Automotive Diversification Programme provides new opportunities in SA
The Australian Government's $20 million Automotive Diversification Programme has led to a major renewable energy export opportunity for a South Australian company.
Minister for Industry and Science Ian Macfarlane has visited the plant operated by solar component supplier Heliostat SA at Beverley, in Adelaide's western suburbs. Heliostat SA is a new company employing former auto industry workers in South Australia that is a new division of Precision Components, an Australian company affected by the car industry downturn.
"When auto producers announced their decision to cease manufacturing cars in Australia by the end of 2017, the Government moved quickly to limit the flow-on effect to parts suppliers by creating a fund aimed at helping suppliers and workers to transfer skills and equipment to new industries," Macfarlane said.
Precision Components received a $1 million investment from the Australian Government to diversify into renewable energy, using the pressed metal equipment previously used in automotive parts manufacturing. Former production workers also transferred their skills to the manufacture of solar energy devices.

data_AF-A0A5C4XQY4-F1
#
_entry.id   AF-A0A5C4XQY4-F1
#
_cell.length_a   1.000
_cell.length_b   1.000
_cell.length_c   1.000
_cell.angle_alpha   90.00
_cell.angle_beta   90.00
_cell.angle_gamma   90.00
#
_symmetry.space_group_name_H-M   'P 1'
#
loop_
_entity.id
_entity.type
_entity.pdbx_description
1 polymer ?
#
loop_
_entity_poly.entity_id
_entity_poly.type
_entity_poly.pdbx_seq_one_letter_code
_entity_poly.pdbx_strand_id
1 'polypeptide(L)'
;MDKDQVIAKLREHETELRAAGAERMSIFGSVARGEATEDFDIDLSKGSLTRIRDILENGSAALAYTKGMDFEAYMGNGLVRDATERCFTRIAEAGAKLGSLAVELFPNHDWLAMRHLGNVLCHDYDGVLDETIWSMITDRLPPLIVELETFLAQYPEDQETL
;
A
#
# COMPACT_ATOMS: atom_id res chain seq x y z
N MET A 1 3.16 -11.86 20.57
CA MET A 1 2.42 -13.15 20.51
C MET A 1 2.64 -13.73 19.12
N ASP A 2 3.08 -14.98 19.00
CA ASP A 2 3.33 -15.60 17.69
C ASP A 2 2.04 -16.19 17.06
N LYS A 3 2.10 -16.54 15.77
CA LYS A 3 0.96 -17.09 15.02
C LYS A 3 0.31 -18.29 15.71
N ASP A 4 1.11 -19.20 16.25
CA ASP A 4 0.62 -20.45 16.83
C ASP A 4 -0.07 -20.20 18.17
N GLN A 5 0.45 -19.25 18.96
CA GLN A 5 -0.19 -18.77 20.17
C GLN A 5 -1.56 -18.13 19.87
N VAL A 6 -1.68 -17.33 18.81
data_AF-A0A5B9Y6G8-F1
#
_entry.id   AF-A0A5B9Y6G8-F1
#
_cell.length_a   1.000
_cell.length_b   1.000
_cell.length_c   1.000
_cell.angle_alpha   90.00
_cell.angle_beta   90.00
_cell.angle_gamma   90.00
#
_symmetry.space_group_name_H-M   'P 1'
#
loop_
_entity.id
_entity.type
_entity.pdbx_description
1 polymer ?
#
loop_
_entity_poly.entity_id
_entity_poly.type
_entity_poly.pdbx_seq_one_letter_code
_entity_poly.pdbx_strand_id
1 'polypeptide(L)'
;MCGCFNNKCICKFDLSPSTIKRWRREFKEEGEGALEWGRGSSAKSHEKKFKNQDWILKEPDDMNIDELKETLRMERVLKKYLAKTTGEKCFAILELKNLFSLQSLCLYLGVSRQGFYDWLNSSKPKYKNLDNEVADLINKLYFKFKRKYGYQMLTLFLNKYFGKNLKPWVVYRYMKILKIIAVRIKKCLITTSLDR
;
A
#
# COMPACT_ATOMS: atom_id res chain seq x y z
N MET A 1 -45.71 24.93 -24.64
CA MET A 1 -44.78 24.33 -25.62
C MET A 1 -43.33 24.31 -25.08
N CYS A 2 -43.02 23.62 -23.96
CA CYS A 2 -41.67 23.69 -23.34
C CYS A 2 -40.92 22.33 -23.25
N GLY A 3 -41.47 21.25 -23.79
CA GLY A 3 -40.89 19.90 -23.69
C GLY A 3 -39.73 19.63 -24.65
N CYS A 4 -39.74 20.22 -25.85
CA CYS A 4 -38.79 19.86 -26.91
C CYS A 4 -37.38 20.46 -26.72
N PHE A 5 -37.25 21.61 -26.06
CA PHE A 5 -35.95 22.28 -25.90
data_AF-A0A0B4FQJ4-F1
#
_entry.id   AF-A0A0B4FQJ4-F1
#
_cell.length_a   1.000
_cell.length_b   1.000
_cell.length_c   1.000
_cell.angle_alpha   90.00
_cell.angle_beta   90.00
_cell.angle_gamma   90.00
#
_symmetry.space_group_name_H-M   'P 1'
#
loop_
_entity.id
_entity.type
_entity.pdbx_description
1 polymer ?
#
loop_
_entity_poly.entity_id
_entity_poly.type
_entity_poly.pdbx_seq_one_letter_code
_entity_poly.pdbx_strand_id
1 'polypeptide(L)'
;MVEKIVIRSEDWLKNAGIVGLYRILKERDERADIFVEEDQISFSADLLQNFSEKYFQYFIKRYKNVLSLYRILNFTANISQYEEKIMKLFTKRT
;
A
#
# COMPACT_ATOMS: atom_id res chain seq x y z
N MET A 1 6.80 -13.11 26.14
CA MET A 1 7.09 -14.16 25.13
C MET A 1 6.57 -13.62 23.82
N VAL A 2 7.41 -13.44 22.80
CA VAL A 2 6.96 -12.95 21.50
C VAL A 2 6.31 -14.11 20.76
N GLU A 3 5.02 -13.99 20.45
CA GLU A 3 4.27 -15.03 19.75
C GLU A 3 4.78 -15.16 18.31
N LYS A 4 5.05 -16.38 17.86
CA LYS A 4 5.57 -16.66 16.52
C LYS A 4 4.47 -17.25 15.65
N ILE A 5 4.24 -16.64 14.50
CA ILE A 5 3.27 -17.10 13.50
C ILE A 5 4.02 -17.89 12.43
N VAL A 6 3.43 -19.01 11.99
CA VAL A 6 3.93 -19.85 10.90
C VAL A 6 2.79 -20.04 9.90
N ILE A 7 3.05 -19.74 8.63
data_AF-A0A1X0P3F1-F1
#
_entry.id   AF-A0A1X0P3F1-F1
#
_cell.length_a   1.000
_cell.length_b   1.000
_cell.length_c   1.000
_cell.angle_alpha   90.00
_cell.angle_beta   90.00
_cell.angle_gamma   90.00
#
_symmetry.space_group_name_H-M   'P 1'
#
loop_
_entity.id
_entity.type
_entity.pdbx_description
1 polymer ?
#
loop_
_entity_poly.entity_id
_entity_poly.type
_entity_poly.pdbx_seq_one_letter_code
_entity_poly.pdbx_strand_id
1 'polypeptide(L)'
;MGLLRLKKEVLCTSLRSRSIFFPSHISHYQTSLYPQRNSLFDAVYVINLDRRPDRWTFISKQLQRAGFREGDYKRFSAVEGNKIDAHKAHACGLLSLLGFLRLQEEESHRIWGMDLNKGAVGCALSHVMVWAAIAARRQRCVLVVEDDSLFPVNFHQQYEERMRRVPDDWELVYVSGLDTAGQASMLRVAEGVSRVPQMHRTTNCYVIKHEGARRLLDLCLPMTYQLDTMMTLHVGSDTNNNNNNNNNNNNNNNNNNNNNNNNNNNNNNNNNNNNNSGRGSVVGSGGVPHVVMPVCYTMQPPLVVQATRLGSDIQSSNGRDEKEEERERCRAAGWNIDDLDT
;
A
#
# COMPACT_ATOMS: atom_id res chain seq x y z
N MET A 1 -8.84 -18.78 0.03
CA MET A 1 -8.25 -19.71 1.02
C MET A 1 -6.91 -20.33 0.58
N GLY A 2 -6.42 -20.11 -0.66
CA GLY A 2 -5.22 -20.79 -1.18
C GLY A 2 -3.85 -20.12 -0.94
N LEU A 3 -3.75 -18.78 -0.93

Heliostat SA approached CSIRO about licensing the science agency's unique heliostat technology in early 2014. Less than six months later the technology has now been deployed in a hybrid solar tower system by Mitsubishi Hitachi Power Systems in Yokohama, Japan with that company set to use the Australian technology to run solar research projects in Japan for the next few years.
"This is a perfect example of manufacturing transitioning successfully to a whole new field, using the skills and equipment from one industry to benefit a very different one. It's also an illustration of what can be achieved when science is brought to the centre of industry policy," Macfarlane said.
The Japanese concentrated solar power field represents the second international deployment of CSIRO heliostat technology, following on from the recent installation of a research field in Cyprus.
Solar thermal tower technology uses many mirrors or heliostats that accurately track the sun, reflecting light towards a receiver on top of a tower which heats a fluid. The fluid is then used to drive a turbine for generating electricity. As it is relatively cheap to store, thermal energy has great potential for large scale power, even when the sun is not visible.
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